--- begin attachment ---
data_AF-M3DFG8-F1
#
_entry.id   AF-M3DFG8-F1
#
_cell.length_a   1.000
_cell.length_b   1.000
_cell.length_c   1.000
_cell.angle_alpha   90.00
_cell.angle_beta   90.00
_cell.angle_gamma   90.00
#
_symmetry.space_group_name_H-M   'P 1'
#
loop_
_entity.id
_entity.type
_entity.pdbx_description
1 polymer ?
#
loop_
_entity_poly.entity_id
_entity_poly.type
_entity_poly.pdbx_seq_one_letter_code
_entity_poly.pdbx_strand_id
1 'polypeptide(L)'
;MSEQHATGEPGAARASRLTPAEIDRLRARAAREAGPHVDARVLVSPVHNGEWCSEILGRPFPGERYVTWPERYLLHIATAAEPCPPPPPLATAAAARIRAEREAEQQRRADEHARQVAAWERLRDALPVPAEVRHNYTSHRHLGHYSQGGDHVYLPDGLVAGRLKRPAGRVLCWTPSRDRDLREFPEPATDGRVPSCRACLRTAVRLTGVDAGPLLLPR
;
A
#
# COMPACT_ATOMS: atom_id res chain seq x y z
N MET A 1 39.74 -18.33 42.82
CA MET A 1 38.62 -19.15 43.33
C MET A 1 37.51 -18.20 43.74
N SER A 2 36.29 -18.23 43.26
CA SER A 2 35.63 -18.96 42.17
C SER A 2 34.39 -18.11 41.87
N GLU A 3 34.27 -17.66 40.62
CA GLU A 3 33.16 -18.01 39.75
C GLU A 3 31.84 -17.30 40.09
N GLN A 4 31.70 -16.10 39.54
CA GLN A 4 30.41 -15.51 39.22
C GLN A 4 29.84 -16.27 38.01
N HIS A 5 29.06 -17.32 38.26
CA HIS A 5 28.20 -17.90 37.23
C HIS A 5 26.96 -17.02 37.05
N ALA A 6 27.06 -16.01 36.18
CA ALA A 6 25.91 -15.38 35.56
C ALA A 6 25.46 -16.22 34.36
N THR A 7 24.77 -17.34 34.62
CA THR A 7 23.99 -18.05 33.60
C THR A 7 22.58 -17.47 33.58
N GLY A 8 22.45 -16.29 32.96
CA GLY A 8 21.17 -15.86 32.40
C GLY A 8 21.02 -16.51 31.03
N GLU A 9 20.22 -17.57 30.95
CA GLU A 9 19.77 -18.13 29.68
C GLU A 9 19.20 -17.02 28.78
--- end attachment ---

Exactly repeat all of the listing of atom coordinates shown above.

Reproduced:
data_AF-M3DFG8-F1
#
_entry.id   AF-M3DFG8-F1
#
_cell.length_a   1.000
_cell.length_b   1.000
_cell.length_c   1.000
_cell.angle_alpha   90.00
_cell.angle_beta   90.00
_cell.angle_gamma   90.00
#
_symmetry.space_group_name_H-M   'P 1'
#
loop_
_entity.id
_entity.type
_entity.pdbx_description
1 polymer ?
#
loop_
_entity_poly.entity_id
_entity_poly.type
_entity_poly.pdbx_seq_one_letter_code
_entity_poly.pdbx_strand_id
1 'polypeptide(L)'
;MSEQHATGEPGAARASRLTPAEIDRLRARAAREAGPHVDARVLVSPVHNGEWCSEILGRPFPGERYVTWPERYLLHIATAAEPCPPPPPLATAAAARIRAEREAEQQRRADEHARQVAAWERLRDALPVPAEVRHNYTSHRHLGHYSQGGDHVYLPDGLVAGRLKRPAGRVLCWTPSRDRDLREFPEPATDGRVPSCRACLRTAVRLTGVDAGPLLLPR
;
A
#
# COMPACT_ATOMS: atom_id res chain seq x y z
N MET A 1 39.74 -18.33 42.82
CA MET A 1 38.62 -19.15 43.33
C MET A 1 37.51 -18.20 43.74
N SER A 2 36.29 -18.23 43.26
CA SER A 2 35.63 -18.96 42.17
C SER A 2 34.39 -18.11 41.87
N GLU A 3 34.27 -17.66 40.62
CA GLU A 3 33.16 -18.01 39.75
C GLU A 3 31.84 -17.30 40.09
N GLN A 4 31.70 -16.10 39.54
CA GLN A 4 30.41 -15.51 39.22
C GLN A 4 29.84 -16.27 38.01
N HIS A 5 29.06 -17.32 38.26
CA HIS A 5 28.20 -17.90 37.23
C HIS A 5 26.96 -17.02 37.05
N ALA A 6 27.06 -16.01 36.18
CA ALA A 6 25.91 -15.38 35.56
C ALA A 6 25.46 -16.22 34.36
N THR A 7 24.77 -17.34 34.62
CA THR A 7 23.99 -18.05 33.60
C THR A 7 22.58 -17.47 33.58
N GLY A 8 22.45 -16.29 32.96
CA GLY A 8 21.17 -15.86 32.40
C GLY A 8 21.02 -16.51 31.03
N GLU A 9 20.22 -17.57 30.95
CA GLU A 9 19.77 -18.13 29.68
C GLU A 9 19.20 -17.02 28.78